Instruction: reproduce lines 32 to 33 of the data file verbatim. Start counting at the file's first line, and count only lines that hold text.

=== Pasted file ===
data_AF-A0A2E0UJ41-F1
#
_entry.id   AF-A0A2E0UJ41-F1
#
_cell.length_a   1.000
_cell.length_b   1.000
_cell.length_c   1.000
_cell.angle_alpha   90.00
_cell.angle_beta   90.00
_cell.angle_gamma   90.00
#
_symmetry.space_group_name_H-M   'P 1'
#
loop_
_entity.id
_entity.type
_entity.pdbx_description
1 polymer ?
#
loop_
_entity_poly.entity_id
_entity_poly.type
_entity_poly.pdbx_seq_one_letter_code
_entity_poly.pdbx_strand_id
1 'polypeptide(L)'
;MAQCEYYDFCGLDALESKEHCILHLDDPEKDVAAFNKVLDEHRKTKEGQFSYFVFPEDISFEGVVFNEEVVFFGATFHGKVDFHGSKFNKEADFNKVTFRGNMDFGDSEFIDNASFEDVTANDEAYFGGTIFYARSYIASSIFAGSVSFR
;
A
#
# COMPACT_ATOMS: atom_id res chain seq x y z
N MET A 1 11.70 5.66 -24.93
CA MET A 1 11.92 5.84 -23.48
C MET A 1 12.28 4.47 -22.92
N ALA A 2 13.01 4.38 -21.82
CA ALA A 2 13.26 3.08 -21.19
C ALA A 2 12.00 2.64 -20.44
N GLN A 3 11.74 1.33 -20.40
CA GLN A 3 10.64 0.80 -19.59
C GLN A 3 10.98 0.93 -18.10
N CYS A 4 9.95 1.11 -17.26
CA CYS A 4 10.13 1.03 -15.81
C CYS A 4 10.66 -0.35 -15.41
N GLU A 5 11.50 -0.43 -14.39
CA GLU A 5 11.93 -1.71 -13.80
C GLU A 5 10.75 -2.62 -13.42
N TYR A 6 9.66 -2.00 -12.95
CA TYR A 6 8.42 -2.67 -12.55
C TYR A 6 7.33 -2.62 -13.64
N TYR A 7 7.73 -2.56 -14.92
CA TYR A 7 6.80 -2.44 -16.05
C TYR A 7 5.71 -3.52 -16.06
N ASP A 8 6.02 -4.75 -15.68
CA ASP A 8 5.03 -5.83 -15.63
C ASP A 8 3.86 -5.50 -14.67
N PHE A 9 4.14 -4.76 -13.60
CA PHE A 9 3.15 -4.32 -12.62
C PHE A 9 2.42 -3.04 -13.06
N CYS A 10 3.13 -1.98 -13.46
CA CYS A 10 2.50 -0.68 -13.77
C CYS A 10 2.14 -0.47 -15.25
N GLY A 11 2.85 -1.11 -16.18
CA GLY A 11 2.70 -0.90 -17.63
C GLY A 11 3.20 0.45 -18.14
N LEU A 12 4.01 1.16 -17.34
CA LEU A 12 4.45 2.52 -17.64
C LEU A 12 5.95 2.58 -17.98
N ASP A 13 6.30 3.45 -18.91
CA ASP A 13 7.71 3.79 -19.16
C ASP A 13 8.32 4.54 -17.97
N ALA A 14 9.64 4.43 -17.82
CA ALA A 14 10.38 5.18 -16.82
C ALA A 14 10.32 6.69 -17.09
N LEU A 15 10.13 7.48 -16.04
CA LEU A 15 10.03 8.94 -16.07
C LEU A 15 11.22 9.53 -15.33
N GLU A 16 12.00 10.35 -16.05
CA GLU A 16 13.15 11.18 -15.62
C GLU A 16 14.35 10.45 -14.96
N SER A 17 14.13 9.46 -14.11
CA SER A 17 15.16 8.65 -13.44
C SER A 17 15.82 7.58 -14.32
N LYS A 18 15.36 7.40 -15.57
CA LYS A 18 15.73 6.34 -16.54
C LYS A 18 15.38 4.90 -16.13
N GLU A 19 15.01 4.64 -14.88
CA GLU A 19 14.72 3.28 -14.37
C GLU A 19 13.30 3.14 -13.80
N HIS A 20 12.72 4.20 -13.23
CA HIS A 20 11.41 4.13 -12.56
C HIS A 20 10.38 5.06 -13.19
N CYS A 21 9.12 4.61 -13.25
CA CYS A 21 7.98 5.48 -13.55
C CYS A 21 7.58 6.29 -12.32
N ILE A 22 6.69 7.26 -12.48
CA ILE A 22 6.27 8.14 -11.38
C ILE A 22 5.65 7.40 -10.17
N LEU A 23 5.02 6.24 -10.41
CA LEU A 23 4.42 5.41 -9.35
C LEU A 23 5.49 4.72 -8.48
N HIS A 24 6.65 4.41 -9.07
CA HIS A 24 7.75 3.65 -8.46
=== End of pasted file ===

CA MET A 1 11.92 5.84 -23.48
C MET A 1 12.28 4.47 -22.92